A lot has been said about why the Marvel series Iron Fist on Netflix hasn’t been received well by fans. Some point out that problematic elements from the original comic book character, particularly regarding his origin, should’ve been changed more in order reflect the times we live in where we are more aware and hopefully more responsible regarding inclusivity and overused tropes regarding white protagonists and the representation of other cultures. I agree with much of this, but also think the show changed the wrong things. Some of what was changed actually made the story and character weaker. Here’s what should have stayed from the comics.
Defeating the Dragon
Danny Rand first appeared in Marvel Premiere #15, where he was just about ready to face a dragon, the last test to beat if you’re going to be the Iron Fist. There was a lot of disappointment from fans that this battle against the dragon is never shown in the Netflix series. This could be a matter of budget, but honestly, even if we only saw glimpses of the dragon, we should’ve seen the battle. Not just because the presence of such a creature is one of the biggest and coolest parts of Danny’s origin, but because his character and why he deserves to be Iron Fist shines through during this battle.
When Danny faces this test in Marvel Premiere #16, he defeats the beast not through brute force but through intelligently discerning the dragon’s weak spot. He doesn’t press an attack, but embraces the creature, blocking a scar on its hide that draws mystical energy from its detached, golden heart. In doing this, he wins the battle and earns the scar on his chest. It’s a display of intelligence and being willing to lower your defenses because you know it’s the best course of action. That’s a great character trait to show and we miss out on it. All the Netflix show tells us is that he fought a dragon and won. That’s a shame.
In the Netflix series, Danny’s parents die during a plane crash. His mother has no lines in any of the flashbacks except to cry out for Danny a moment before the plane rips apart while in mid-air, at which point she’s sucked out into the open air and plummets to her death. Other than the fact that she is Danny’s mother and wife to Wendell Rand, there is nothing to her. There is no character here, just an idea of mother for Danny to mourn later.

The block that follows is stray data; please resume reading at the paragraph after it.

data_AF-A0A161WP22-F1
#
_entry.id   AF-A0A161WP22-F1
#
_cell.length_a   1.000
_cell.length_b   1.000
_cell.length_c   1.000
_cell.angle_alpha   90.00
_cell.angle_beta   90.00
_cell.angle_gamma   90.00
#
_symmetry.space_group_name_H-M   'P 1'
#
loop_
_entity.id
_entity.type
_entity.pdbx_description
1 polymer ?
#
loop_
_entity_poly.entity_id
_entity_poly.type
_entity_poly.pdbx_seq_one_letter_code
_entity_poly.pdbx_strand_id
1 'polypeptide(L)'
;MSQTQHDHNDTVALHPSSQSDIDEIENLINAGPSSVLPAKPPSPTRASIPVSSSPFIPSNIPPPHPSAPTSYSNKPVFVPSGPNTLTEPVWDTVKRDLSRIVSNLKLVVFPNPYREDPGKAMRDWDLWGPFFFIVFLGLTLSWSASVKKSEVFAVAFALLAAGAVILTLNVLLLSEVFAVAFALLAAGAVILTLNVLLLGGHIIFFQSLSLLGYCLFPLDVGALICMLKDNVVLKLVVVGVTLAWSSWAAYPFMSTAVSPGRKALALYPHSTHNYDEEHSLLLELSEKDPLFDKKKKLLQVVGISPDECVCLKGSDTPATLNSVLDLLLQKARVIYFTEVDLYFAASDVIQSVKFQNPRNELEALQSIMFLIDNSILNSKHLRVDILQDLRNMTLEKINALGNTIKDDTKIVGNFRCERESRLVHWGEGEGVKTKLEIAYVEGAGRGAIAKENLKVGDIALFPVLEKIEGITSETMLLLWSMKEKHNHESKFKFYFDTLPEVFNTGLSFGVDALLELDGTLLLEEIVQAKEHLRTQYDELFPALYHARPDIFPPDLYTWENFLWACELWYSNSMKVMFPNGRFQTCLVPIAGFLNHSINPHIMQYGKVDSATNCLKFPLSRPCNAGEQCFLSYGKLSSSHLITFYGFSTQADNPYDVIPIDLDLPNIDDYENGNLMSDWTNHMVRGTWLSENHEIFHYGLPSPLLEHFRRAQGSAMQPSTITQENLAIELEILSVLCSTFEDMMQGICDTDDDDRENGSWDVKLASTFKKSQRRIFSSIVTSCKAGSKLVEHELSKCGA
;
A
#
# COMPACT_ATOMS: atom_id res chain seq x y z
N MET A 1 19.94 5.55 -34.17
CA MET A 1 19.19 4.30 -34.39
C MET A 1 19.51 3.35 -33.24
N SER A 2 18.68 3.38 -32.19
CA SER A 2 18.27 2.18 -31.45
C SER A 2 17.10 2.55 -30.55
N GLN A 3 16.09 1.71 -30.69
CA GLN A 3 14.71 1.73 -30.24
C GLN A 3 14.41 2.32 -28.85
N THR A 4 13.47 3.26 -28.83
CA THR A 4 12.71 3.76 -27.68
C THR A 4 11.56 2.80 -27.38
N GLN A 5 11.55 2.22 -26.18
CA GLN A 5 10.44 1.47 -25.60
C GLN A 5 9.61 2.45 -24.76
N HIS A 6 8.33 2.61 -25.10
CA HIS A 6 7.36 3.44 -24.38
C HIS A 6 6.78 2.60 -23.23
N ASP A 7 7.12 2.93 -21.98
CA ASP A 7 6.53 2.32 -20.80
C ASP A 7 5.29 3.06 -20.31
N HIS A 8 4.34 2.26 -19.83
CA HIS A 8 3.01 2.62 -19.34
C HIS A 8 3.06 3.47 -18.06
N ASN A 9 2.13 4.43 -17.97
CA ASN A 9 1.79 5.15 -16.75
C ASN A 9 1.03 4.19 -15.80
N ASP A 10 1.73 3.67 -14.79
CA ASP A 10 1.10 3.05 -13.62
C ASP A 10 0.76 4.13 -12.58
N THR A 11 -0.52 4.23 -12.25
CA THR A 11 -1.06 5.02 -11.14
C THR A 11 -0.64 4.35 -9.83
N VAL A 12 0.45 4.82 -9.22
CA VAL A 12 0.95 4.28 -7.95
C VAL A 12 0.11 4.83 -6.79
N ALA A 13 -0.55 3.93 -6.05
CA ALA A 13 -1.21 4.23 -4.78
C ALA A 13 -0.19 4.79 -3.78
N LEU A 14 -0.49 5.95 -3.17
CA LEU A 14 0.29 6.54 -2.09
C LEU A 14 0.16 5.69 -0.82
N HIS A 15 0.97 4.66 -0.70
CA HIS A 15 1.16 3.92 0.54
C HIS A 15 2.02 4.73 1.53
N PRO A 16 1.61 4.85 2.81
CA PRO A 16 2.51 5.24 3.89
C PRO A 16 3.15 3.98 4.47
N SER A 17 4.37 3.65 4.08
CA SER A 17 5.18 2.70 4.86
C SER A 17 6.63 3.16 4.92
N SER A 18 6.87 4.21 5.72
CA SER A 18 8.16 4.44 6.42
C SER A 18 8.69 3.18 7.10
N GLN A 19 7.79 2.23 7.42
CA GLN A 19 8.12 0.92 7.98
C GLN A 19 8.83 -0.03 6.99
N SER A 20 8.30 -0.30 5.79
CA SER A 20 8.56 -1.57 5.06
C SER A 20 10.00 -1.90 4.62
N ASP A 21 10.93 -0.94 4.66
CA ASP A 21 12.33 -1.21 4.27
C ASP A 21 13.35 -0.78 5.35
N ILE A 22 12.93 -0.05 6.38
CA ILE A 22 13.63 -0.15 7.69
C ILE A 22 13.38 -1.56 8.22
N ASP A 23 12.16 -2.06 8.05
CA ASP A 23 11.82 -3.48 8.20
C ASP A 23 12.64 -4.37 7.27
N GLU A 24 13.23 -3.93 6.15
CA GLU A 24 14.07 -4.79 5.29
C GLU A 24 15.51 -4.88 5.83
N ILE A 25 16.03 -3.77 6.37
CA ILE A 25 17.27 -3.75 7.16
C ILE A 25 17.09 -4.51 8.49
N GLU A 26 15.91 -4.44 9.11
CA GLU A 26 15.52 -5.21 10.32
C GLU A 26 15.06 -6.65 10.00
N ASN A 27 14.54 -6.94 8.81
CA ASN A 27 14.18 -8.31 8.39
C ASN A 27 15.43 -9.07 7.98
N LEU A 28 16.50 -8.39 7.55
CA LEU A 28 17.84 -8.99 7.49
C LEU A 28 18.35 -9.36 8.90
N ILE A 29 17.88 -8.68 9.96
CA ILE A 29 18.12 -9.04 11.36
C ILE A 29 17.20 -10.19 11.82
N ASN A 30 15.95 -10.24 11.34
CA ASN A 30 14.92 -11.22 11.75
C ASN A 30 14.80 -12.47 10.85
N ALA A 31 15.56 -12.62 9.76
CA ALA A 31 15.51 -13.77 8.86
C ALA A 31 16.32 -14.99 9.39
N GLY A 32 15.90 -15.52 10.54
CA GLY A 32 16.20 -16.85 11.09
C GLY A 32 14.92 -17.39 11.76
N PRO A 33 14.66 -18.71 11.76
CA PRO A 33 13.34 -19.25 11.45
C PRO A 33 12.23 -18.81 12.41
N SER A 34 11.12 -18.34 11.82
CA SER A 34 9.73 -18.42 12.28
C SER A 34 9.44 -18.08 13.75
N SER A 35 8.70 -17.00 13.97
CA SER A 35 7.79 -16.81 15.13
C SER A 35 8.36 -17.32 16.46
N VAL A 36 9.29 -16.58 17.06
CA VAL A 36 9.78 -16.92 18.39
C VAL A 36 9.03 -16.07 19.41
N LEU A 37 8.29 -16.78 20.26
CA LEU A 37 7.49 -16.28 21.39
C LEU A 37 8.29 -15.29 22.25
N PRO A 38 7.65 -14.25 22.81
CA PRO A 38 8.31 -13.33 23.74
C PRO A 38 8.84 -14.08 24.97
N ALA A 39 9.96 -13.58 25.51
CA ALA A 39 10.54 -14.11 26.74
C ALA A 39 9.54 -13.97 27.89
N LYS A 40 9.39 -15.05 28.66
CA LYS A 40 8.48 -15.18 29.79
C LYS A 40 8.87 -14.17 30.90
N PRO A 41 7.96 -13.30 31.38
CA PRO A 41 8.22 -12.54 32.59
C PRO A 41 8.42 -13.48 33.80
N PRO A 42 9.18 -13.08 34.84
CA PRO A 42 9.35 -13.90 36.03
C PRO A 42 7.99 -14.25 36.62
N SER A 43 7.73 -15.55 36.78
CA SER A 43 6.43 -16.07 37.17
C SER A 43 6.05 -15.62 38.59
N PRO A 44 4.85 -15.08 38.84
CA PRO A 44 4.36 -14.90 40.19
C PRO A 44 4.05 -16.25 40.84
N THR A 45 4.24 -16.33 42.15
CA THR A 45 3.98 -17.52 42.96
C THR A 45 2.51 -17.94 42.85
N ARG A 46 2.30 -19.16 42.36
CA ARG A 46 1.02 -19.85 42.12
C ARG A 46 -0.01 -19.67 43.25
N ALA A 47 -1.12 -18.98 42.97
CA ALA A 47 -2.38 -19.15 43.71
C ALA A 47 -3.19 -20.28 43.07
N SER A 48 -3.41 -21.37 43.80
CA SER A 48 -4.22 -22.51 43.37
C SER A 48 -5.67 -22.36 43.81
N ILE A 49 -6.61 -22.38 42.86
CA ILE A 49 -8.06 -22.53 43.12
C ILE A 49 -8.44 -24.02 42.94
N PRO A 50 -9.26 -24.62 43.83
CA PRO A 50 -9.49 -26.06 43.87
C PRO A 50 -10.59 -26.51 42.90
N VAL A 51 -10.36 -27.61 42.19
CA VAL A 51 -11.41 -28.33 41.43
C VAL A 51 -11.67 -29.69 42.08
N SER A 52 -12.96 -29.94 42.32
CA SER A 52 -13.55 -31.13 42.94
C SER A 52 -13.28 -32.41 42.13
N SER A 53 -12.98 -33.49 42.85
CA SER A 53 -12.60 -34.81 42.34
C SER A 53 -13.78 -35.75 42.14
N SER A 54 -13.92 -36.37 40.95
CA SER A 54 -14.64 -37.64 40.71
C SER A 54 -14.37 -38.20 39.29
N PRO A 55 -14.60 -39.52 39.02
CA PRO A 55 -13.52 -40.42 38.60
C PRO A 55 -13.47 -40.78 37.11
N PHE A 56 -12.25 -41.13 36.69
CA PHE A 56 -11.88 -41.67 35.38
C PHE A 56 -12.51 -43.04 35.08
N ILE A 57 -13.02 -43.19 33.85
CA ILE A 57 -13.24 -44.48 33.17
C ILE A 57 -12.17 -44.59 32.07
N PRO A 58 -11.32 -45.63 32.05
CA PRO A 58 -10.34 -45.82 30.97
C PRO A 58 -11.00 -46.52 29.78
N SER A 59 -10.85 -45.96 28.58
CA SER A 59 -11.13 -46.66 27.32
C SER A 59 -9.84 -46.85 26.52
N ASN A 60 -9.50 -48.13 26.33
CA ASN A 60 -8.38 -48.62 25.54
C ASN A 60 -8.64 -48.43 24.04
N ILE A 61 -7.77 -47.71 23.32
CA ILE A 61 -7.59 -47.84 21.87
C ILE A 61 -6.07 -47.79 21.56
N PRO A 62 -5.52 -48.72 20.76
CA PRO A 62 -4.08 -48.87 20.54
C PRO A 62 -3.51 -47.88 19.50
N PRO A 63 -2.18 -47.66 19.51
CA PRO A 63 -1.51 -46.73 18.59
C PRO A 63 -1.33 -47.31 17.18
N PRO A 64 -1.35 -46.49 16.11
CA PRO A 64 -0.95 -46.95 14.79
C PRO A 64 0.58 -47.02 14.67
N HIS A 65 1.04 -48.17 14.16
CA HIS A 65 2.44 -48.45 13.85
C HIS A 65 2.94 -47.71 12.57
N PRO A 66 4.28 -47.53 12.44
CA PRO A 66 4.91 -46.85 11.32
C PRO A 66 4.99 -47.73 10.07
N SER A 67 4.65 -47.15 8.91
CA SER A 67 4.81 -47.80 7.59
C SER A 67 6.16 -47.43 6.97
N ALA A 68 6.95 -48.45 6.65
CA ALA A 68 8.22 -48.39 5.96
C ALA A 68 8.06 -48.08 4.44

In the comics, Heather is arguably not a fully realized character, but at least there’s a lot more to her, more to show us her personality and to mourn her ourselves. In the comics, Danny’s parents are traveling through the Himalayan mountains on foot. After witnessing the death of Wendell, Heather takes it on herself to get her son to safety. As they reach the bridge to K’un L’un, hungry wolves approach. At this point, Heather sends Danny ahead and runs towards the wolves, fighting them while knowing that she will die in the process. Her sacrifice buys Danny time. It’s a scene of true heroism that Danny will remember for the rest of his life, and it’s sad to not include it in the adaptation.
Wendell’s Connection to K’un L’un
In the Netflix series, the plane crash happens to occur nearby the mystical city of K’un L’un and happens to occur during the period that it is accessible to Earth (which seems to be at least a few weeks of time). In the comics, Wendell knew K’un L’un was real and timed their trip to the Himilayas so that they could find it. In the original Iron Fist comic stories, this is because Wendell is an inhabitant of K’un L’un himself, once known there himself as Rand-Kai, and wants to return home with his family. Starting in 1980, this was altered and it was said that Wendell was an American who had visited K’un L’un and stayed there for ten years. He even had the opportunity to become an Iron Fist himself but turned it down. Whichever version you pick, these backstories give Wendell and the Rand family a deep connection to K’un L’un and it puts Danny in a position where he knows that he’s leading a life that his father turned away from. That’s all very interesting and leads to a richer character. It’s remarkable that the Netflix series chose to ignore this.
Danny is a Kid
In the original comics, Danny is only 19 years old when he leaves K’un L’un and returns to the outside world. Danny is an accomplished martial arts master and someone who is aware of his own emotions and fallibility, but he still has trouble fully accepting the death of his parents at first, and his original mission is one of vengeance. All of this, and his social naïveté, feels a lot more natural when you consider that he’s not even legally old enough to drink alcohol in the US.
By casting an actor who is just over a year shy of 30, we don’t give Netflix Danny the same leeway, even when he’s playing a character who is four years younger. Instead, we can’t help but think he should be a lot more mature and a lot less entitled that how the story makes him. It’s even worse considering the scripts make him more immature, less self-aware, and more entitled at age 29 than comic book Danny ever was at 19. If this is a coming of age story, you need an actor who is young enough that just looking at him immediately reminds us of this.
There are other problems with the show, but I think these major ones reflect what was lost by changing the wrong things from the original comic. Your opinions may differ.